Follow the moon at dawn from when it is full, low in the west on Oct. 13, through last quarter (half full and 90 degrees west of the sun) on Oct. 21, to a thin crescent, low and south of east, on Oct. 26. The brightest star in October’s morning twilight is Sirius, in the southern sky, as dawn brightens. Confirm by noting that the three-star belt of Orion, with stars bluish Rigel marking his foot and reddish Betelgeuse his shoulder, points directly to Sirius. Extend the belt in the opposite direction, and you’ll pass near Aldebaran, eye of Taurus the Bull, and farther to the Pleiades or Seven Sisters star cluster, a wonderful target for binoculars.

Four days after it’s full and low in the west on Oct. 13, the moon is within 6 degrees to the lower right of Aldebaran on Oct. 17. For the next three mornings, Oct. 18-20, the waning gibbous moon moves through the huge Winter Hexagon. Next, on Oct. 21, the last-quarter moon, half full, is 7 degrees southeast of Pollux, and in line with the “Twin” stars, Castor and Pollux of Gemini. Our Spaceship Earth is heading in the direction of the half-lit moon in our orbit around the sun. If the moon stood still, it would take us only about 3 1/2 hours to reach it.

Our view of the peak of the Orionid meteor shower, in the predawn hours of Oct. 22, is affected by moonlight. On Oct. 23, the crescent moon will pass 4 degrees north of Regulus, heart of Leo, the Lion. In just three more mornings, on Oct. 26, look for the last easy old crescent moon, 4 percent full, just south of east, with Mars 5 degrees to its lower right. The dim red planet is now at magnitude +1.8, as faint as it ever gets. In just less than a year, in October 2020, the Earth will pass between Mars and the sun, and it will appear at opposition, and shine at magnitude -2.7, some 60 times brighter than now. At the end of October, Spica will be emerging out of the morning twilight glow, 7 degrees below Mars.

Notice the star Arcturus rising on the morning twilight chart. Arcturus is equally visible low in the west-northwest at dusk on Oct. 29 as it is in the east-northeast at dawn on Oct. 30. At this time of year, Arcturus leads the procession of stars and constellations through the night, and brings up the rear.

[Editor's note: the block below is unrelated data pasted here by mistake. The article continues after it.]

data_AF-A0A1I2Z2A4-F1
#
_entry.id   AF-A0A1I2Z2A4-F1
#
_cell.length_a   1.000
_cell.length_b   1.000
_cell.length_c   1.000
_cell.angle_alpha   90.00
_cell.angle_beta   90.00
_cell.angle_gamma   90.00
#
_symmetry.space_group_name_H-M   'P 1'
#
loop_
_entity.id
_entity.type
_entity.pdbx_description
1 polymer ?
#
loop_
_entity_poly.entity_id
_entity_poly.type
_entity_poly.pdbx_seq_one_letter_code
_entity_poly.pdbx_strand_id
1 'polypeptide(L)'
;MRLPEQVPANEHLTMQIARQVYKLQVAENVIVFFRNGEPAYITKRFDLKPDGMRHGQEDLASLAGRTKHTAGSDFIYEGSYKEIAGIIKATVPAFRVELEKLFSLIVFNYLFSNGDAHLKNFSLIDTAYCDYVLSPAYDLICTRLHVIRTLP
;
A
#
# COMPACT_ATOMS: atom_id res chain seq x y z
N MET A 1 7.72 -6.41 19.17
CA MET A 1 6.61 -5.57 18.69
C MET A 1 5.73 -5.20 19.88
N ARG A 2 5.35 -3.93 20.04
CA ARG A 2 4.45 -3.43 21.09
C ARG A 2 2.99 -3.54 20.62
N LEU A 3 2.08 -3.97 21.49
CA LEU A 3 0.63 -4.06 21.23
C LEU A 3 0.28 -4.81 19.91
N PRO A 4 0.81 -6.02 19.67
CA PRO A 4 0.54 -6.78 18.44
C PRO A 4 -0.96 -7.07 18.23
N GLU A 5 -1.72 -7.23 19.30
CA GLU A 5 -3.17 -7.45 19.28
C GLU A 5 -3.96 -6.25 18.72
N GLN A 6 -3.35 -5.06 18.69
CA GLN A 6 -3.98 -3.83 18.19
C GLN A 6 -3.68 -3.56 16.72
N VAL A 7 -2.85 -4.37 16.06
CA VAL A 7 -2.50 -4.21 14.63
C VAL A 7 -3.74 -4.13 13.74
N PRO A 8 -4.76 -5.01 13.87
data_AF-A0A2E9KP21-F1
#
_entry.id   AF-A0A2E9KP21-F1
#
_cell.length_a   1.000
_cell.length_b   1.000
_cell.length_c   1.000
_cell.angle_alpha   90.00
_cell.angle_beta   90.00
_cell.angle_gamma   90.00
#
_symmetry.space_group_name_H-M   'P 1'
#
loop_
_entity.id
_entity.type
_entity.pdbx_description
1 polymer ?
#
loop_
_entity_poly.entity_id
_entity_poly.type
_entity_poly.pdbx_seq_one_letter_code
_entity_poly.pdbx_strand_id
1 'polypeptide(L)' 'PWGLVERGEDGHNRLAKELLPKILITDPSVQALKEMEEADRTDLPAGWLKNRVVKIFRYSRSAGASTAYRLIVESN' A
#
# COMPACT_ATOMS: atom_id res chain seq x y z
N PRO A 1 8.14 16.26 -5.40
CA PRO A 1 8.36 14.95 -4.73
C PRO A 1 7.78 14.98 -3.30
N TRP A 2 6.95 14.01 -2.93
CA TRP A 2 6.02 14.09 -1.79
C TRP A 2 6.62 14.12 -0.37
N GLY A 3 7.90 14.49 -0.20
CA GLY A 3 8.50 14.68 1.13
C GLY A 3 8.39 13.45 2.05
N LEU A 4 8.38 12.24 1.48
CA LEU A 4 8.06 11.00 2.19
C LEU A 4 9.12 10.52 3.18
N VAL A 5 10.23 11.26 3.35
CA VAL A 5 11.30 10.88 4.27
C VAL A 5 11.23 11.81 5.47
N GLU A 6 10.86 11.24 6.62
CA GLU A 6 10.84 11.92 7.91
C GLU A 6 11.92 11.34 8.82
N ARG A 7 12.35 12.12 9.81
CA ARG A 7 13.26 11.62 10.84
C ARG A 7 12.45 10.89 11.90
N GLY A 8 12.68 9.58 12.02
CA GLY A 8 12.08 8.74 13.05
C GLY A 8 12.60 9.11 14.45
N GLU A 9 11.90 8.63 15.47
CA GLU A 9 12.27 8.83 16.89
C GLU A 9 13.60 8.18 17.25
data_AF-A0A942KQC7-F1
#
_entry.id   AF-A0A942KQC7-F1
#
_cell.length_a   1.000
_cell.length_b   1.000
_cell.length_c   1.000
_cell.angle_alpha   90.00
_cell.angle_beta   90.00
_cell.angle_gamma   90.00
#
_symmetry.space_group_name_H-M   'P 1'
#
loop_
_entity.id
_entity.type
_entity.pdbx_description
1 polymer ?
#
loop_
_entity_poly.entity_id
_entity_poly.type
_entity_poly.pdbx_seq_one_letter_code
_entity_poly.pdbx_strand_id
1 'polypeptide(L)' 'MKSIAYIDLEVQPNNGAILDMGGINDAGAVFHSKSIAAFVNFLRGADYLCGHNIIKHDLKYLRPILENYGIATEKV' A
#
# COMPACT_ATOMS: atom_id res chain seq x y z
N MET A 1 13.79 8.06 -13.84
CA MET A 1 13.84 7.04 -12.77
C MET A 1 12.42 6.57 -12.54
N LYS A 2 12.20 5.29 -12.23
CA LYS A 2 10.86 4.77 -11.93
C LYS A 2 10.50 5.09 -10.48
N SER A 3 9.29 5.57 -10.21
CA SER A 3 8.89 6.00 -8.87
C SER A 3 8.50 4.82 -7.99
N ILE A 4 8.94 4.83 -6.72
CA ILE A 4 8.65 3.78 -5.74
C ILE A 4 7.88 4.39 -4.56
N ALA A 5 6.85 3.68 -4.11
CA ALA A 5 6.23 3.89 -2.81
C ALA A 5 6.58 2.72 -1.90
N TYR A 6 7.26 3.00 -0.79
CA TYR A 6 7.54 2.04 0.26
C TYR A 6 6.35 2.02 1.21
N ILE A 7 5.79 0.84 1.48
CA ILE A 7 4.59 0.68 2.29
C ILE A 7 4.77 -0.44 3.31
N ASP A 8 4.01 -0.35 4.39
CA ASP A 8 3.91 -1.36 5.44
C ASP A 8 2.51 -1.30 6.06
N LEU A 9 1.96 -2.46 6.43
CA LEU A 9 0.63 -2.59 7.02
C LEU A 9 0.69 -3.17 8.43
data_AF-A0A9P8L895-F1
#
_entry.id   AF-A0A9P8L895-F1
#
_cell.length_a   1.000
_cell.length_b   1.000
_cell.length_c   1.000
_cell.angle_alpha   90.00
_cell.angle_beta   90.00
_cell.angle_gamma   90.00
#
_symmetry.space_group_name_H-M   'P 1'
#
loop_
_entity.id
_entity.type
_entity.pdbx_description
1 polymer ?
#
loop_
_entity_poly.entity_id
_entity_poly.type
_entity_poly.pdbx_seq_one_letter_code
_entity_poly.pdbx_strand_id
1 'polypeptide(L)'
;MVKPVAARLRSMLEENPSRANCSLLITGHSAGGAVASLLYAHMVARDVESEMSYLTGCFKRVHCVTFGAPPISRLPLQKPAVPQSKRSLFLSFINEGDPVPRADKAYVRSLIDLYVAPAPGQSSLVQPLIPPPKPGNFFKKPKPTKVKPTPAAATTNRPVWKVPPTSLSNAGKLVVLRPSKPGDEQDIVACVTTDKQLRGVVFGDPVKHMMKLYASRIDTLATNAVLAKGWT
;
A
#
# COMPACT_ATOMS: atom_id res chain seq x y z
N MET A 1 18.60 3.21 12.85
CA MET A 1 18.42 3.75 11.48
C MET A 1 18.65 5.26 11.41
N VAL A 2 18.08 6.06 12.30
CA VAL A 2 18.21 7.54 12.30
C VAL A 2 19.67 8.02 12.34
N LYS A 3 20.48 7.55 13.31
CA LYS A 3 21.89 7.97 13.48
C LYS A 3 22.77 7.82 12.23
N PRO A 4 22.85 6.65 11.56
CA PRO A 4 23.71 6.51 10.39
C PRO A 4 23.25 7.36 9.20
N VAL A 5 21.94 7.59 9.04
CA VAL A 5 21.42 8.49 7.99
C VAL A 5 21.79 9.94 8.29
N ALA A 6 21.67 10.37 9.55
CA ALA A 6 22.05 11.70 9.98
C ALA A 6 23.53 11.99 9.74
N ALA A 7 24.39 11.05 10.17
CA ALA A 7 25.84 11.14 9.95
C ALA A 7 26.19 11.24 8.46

Abrams Planetarium publishes a monthly Sky Calendar with an evening sky map. The calendar illustrates many of the present and future events described above. Subscriptions are $12 per year at for three printed issues mailed quarterly. For a preview of evening and morning planet gatherings through August 2020, visit the Sky Calendar Extra Content Page at

Would you enjoy telescopic views of Jupiter, Saturn and an assortment of deep sky objects? Check the website of the Astronomical Society of the Desert at and come to our free evening star parties offered monthly at two locations.Our primary, more accessible venue is the Visitor Center of the Santa Rosa and San Jacinto Mountains National Monument, on Highway 74, within four miles south of Highway 111 in Palm Desert. Our next sessions there will be on Saturday, Oct. 5, from 7 to 10 p.m., and on Saturday, Nov. 2, from 6 to 9 p.m. Sawmill Trailhead, our high-altitude site (elevation 4,000 feet), will next host a session on Saturday, Oct. 26, starting at dusk.

Wishing you clear skies!

Robert C. Victor was a staff astronomer at Abrams Planetarium at Michigan State University. He is now retired and enjoys providing sky watching opportunities for a variety of groups in the Coachella Valley. Robert D. Miller did graduate work in planetarium science and later astronomy and computer science at Michigan State University and remains active in research and public outreach in astronomy.

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Robert Victor

Robert Victor has enjoyed sharing the beauty of the night sky through live sky-watching sessions, planetarium programs and writings throughout his professional life—and now through his retirement years....